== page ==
When her sister, Maggie, and Maggie's now husband, Nick, had run into some trouble in Greece several years back, Riley had escorted Kate back to the States and acted as her bodyguard for several days. Not only had he stuck to her like slip on clay, he'd barely spoken the entire time. Although one-word grunts had been the extent of his side of their limited conversations, his disapproval of her—her appearance, her life, her opinions—had rolled off him like twenty-foot waves.

If the disdainful look in his eyes when he glanced her way was any indication, his assessment of her hadn't changed. Neither had he. Still cold, silently focused and built like a linebacker, he wasn't handsome in a traditional sense. But with his features—eyes as blue as a cobalt glaze, sharply bowed lips and a cleft in his chin partially hidden by several days of stubble—God help the women of this world if Riley ever chose to smile, let alone laugh.

He sure hadn't even come close to cracking a smile during the entire three days he'd been her bodyguard all those years ago, and still she'd found herself viscerally attracted to him. He'd been her first major-league crush, the first man—not boy—to make her pulse race and her skin burn.

She'd been too stubborn to admit to her teenage self that back then he'd completely intimidated her, but the truth was if she hadn't been scared to death of the way he'd made her feel, she might've been nicer to him. Then before she'd had a chance to come to grips with her strange feelings, he'd left. Mission accomplished. Time for new orders. She'd been so insignificant to him she'd been shocked he'd remembered her name.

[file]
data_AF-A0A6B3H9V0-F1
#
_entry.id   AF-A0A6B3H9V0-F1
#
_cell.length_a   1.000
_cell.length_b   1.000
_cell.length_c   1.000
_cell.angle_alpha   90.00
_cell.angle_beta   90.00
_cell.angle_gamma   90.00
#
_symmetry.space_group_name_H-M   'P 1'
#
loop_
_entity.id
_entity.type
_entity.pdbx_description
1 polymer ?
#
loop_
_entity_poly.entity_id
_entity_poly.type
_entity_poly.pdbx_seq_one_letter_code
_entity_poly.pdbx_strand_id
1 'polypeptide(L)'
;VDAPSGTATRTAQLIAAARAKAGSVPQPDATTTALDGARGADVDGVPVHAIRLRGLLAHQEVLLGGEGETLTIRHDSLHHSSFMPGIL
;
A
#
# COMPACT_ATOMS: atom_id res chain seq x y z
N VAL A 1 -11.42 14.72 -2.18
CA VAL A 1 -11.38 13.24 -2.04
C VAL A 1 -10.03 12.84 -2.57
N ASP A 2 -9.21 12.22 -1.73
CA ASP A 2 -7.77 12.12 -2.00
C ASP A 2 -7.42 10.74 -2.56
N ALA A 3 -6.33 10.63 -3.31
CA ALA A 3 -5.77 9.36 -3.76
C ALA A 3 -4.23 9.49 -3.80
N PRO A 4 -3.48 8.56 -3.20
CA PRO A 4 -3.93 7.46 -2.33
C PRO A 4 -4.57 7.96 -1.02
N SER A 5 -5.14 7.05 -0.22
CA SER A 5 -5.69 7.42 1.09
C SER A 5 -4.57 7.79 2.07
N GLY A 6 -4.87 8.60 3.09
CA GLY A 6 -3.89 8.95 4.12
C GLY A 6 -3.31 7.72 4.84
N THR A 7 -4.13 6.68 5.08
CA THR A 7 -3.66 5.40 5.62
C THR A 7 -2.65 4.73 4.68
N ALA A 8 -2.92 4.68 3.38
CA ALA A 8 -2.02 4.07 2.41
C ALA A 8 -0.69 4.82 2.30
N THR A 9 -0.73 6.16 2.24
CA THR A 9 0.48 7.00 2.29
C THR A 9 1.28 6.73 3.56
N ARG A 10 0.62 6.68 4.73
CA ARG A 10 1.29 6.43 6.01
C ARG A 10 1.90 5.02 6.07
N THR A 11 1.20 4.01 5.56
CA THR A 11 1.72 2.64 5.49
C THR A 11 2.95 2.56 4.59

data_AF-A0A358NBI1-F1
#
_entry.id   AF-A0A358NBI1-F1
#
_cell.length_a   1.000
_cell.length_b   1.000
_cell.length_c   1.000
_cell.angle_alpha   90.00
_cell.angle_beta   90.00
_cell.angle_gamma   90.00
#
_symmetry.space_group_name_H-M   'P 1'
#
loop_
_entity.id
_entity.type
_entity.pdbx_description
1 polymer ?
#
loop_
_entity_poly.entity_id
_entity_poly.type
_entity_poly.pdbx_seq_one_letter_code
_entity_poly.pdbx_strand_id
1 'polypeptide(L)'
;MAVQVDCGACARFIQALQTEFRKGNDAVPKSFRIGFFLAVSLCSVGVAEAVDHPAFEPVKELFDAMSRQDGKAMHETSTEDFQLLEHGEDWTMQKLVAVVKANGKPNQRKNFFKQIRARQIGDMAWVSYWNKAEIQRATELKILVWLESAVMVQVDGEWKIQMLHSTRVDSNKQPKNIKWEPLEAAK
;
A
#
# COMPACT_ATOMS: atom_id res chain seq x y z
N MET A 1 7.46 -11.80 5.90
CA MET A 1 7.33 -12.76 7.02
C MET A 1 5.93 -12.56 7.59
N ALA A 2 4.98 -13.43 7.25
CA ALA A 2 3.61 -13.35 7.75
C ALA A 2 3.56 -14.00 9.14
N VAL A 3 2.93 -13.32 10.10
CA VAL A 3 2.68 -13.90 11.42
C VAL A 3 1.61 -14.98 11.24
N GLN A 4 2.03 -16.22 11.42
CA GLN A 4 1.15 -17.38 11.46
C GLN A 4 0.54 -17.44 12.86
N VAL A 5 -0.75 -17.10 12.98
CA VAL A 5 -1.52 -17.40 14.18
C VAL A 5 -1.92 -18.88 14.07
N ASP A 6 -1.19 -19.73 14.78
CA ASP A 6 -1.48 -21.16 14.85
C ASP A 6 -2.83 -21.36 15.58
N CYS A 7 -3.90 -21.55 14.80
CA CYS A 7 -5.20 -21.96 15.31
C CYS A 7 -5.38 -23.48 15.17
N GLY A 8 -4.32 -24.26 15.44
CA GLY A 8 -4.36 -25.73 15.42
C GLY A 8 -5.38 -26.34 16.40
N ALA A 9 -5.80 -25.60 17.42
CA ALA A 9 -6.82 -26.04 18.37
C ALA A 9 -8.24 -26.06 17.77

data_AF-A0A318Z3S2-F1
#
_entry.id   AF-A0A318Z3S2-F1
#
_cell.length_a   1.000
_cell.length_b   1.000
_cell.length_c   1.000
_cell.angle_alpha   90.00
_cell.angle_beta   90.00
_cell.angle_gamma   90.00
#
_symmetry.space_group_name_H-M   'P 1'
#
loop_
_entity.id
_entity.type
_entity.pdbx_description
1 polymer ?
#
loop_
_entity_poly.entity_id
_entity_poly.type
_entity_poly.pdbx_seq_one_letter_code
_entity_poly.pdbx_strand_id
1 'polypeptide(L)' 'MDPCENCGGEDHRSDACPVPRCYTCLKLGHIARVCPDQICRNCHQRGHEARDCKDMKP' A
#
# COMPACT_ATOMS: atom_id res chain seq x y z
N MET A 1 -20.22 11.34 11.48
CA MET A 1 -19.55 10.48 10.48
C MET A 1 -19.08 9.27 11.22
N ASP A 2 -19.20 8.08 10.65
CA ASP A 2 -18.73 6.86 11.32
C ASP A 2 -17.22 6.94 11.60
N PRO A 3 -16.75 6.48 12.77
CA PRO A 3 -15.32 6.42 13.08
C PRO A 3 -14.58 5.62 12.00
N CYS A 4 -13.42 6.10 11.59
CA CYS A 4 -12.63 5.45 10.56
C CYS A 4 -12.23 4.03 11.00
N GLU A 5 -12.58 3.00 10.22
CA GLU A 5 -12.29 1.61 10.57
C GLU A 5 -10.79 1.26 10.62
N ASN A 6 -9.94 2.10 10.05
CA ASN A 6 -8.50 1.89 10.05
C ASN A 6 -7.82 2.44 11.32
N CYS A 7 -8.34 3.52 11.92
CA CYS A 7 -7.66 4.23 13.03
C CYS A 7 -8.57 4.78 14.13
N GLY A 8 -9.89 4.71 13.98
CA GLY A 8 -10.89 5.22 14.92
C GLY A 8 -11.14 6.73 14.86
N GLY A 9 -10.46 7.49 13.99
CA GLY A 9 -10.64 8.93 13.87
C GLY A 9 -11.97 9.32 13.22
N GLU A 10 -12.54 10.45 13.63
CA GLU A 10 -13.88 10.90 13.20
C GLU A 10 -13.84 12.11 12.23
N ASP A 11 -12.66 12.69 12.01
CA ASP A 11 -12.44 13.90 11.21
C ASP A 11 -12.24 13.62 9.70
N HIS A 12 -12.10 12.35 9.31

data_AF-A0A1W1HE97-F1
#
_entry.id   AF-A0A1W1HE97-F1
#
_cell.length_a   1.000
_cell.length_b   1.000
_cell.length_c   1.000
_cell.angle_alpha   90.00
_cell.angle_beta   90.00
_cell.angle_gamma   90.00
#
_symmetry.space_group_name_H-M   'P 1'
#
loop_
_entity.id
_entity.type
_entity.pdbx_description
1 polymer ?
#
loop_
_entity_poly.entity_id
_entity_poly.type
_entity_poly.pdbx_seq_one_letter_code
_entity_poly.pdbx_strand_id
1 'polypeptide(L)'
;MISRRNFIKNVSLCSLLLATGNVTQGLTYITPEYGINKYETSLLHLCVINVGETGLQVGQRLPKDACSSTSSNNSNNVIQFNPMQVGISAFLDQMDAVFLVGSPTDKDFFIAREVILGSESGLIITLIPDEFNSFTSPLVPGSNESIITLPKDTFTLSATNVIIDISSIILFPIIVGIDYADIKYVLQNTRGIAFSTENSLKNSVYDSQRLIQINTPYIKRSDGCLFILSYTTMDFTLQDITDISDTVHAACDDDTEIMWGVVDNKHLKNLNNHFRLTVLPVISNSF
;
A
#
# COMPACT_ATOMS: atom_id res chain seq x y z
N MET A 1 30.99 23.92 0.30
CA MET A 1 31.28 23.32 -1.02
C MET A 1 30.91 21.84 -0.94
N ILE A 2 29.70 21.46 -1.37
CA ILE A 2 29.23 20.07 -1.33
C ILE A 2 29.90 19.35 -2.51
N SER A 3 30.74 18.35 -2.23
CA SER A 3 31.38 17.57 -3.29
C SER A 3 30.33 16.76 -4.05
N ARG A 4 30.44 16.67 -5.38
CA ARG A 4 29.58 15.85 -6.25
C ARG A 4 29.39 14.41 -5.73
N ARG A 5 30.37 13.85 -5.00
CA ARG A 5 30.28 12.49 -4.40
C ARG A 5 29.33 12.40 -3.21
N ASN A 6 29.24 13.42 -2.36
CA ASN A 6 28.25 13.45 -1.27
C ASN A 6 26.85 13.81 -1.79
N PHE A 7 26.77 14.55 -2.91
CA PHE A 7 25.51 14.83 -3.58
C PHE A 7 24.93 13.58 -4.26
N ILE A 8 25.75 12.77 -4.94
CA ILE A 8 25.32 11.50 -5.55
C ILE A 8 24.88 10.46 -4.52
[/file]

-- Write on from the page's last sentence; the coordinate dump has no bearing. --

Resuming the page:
So what had happened to him that he'd sunk to kidnapping and theft?

The moment Riley turned his attention toward the front, she slowly reached into her pack, felt around for her cell phone and hit the emergency call button.

Riley immediately grabbed her arm and tore the phone from her hand. Without a word, March took the cell from Riley and set it on the console in front of him.

"I can't believe you're doing this." She stared at Riley. "What do you people want from me?"

He looked away.

None of this made sense. "That one clay statue isn't worth this trouble," Kate whispered.

"By itself, no," March said. "But put it with the others and the collection is priceless."

Whether or not a collection actually existed was debatable, but many experts believed that a small rosebud carved into each of several ancient statues now located in various spots around the world indicated they'd been made by the same nameless artisan, something that was extremely unusual for the time period in which they'd been created.

"So that's what this is about?" she said. "You're going to steal the other primordial deity statues in that set?"

Most people were familiar with the Olympian gods of Greek mythology—Zeus, Aphrodite and the like—but many had never heard of the firstborn gods, those said to have actually created the universe. Gods like Gaia, Nyx and Tartarus, the gods of earth, night and the underworld. There were others, too, depending on the stories to which a person subscribed. Some writings told of as many as ten such primordial gods.